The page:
Doctors and environmentalists believe the impact of climate change on public health has been largely ignored by policymakers as global leaders step up talks ahead of December’s Copenhagen summit.
Health NGOs in Brussels are pushing for greater attention to be paid to the increase in infectious diseases and chronic illnesses that accompany changes to the climate, with campaigners fearful that world’s poorest populations will be worst hit.
“Health has been forgotten in climate talks but it’s not too late to put it on the agenda,” said Anja Leetz, executive director of Health Care Without Harm Europe (HCWH).
Dr Michael Gill of the Climate Health Council said that 20 years ago, climate issues were the preserve of environmentalists, but the debate has now shifted to a discussions about financing.
“People think climate change is now all about economics, but health should be the bottom line,” he said. Gill claimed that any policy that is good for the environment is good for health too, and said politicians should link the two issues to help improve public appreciation of why urgent action is needed.
He said health professionals will come together to highlight climate change just as doctors from the US and Russia had joined forces in the 1980s to protest against nuclear war.
Dr Michael Wilks, president of the Standing Committee of European Doctors (CPME), said health professionals can play a key role in convincing the public of the need for action. However, he warned that there is a growing sense that the Copenhagen talks are “losing momentum”.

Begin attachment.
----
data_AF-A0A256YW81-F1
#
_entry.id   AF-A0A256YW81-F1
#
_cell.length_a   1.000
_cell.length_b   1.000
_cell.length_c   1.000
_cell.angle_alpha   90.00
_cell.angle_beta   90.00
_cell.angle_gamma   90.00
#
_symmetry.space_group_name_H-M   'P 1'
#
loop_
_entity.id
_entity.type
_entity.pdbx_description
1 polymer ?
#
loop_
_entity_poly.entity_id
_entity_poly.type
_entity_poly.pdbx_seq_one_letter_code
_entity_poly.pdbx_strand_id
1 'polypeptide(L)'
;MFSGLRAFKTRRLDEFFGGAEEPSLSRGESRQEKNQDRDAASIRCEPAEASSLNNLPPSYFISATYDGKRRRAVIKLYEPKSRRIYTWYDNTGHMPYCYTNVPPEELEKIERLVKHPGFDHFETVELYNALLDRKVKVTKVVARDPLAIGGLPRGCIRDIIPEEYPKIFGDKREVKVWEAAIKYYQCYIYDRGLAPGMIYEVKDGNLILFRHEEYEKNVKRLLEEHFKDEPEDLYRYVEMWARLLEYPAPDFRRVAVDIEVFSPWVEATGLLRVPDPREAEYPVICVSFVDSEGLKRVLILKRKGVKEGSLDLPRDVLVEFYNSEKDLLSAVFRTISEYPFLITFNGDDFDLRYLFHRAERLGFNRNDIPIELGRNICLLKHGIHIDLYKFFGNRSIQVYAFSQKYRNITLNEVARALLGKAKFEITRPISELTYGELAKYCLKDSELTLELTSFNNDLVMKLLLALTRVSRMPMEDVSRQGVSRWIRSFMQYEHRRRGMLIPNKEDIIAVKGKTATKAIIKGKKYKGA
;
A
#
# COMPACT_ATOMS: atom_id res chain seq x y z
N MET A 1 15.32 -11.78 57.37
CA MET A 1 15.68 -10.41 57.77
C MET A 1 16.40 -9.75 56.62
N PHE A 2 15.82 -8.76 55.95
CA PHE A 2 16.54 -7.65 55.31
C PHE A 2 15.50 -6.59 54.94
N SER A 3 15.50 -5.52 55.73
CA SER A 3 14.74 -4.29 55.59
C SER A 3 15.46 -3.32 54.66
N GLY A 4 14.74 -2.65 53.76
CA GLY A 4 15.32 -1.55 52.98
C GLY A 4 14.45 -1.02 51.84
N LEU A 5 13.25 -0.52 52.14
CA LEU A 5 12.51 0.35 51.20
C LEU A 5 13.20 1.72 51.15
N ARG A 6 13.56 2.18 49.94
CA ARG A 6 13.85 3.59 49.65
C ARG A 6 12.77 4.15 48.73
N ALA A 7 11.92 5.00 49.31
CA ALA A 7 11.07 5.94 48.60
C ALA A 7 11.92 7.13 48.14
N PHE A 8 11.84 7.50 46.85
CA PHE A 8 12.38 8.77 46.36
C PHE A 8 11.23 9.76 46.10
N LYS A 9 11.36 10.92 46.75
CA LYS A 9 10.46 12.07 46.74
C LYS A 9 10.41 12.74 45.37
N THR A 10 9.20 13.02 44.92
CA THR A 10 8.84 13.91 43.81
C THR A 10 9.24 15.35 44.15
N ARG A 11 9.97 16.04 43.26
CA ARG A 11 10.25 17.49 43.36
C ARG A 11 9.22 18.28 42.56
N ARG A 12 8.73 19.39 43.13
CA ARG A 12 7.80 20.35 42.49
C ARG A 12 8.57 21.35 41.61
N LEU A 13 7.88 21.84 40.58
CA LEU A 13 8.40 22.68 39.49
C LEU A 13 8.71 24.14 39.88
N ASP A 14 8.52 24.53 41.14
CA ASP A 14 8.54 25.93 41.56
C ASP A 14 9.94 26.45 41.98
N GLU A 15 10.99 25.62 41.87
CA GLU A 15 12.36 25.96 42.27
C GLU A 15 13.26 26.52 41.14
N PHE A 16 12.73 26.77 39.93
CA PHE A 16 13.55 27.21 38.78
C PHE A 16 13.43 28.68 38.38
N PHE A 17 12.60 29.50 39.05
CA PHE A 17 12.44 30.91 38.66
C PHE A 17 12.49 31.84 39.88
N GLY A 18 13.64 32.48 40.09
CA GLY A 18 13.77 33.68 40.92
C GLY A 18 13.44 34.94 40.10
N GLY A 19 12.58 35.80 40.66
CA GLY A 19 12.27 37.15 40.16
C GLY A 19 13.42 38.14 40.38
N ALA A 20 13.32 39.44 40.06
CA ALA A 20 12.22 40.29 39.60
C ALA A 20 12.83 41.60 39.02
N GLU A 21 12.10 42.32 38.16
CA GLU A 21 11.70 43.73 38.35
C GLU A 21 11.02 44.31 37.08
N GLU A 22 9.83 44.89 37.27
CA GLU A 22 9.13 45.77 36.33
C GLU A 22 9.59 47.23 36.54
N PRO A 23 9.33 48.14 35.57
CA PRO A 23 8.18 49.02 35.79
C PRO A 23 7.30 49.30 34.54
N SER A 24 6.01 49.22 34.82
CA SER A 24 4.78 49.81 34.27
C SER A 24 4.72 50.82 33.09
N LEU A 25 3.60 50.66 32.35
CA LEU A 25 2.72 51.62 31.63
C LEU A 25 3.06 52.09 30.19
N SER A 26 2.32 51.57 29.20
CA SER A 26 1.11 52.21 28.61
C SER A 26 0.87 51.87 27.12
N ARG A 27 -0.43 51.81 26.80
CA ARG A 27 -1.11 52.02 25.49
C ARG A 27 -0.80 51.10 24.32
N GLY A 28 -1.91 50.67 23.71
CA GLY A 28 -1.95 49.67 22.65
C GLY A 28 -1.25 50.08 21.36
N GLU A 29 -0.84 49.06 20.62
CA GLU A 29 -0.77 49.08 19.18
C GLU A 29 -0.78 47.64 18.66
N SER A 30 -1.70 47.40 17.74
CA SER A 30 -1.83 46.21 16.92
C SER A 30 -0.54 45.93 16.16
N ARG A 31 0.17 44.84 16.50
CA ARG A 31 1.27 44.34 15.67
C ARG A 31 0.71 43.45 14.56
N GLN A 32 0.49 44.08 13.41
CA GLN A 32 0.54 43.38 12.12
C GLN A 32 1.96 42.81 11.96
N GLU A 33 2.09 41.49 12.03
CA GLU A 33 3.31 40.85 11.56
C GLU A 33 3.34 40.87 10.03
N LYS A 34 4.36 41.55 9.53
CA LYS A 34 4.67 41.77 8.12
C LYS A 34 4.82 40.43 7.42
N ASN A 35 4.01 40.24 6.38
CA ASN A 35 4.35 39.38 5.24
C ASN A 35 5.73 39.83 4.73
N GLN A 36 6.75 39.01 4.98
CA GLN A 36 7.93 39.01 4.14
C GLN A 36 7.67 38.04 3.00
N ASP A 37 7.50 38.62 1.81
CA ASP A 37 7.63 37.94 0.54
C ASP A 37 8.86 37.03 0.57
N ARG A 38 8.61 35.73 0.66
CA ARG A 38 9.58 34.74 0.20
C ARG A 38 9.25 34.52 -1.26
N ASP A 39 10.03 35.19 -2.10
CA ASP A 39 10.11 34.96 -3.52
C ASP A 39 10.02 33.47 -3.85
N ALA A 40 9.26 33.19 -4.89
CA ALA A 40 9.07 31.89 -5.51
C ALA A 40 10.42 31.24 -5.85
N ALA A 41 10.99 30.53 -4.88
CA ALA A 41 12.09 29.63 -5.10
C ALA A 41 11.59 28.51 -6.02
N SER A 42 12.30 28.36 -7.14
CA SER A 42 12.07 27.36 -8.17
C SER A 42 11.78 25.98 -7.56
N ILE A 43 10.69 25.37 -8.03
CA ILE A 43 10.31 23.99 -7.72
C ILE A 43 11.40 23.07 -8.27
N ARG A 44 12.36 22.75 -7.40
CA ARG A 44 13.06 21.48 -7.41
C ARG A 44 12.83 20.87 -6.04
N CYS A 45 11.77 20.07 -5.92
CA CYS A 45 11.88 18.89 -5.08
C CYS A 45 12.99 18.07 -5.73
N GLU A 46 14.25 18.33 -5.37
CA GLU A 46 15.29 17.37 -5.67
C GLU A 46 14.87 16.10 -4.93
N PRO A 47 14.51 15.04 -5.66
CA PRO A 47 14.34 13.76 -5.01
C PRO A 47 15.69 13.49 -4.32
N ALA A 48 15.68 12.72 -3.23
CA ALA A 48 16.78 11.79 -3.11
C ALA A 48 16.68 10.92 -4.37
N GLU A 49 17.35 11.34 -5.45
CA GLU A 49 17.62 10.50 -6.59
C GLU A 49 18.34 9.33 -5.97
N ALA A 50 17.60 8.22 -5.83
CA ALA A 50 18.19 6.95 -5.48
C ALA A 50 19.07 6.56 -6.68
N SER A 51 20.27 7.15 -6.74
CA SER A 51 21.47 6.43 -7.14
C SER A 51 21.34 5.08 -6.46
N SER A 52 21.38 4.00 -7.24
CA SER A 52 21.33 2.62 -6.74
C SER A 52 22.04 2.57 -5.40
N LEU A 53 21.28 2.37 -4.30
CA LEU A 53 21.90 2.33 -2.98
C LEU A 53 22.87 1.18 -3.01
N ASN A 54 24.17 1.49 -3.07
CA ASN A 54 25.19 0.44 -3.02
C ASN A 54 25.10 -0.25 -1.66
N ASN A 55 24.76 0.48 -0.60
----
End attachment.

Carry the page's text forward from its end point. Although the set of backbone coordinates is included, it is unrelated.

Green health groups are urging EU Health Commissioner Androulla Vassilliou to put pressure on Environment Commissioner Stavros Dimas and the EU’s delegation to the Copenhagen climate summit.
At a meeting in Brussels yesterday (6 October), HCWH Europe and the Health and Environmental Alliance (HEAL) presented Vassilliou with a ‘Prescription for a Healthy Planet,’ which calls for better treatment for the ailing climate negotiations.
Europe battling resurgent infectious diseases
Experts say infectious diseases which had been virtually eradicated in some European countries will spread quickly thanks to climate disturbances. Malaria is making a comeback, but there are also concerns about rising chronic pulmonary illnesses.
The strain this will put on healthcare systems is a concern for policymakers who fear a recrudescence of health problems experienced in France when a heatwave overwhelmed hospitals in 2003.
The wider issue of malnutrition arising from decreased crop yields is also being floated as an argument for a decisive agreement in Copenhagen.
Dr Wilks said if action is not taken, the average temperature in France in 2050 will be the same as the maximum temperature experienced during the catastrophic heat wave of 2003.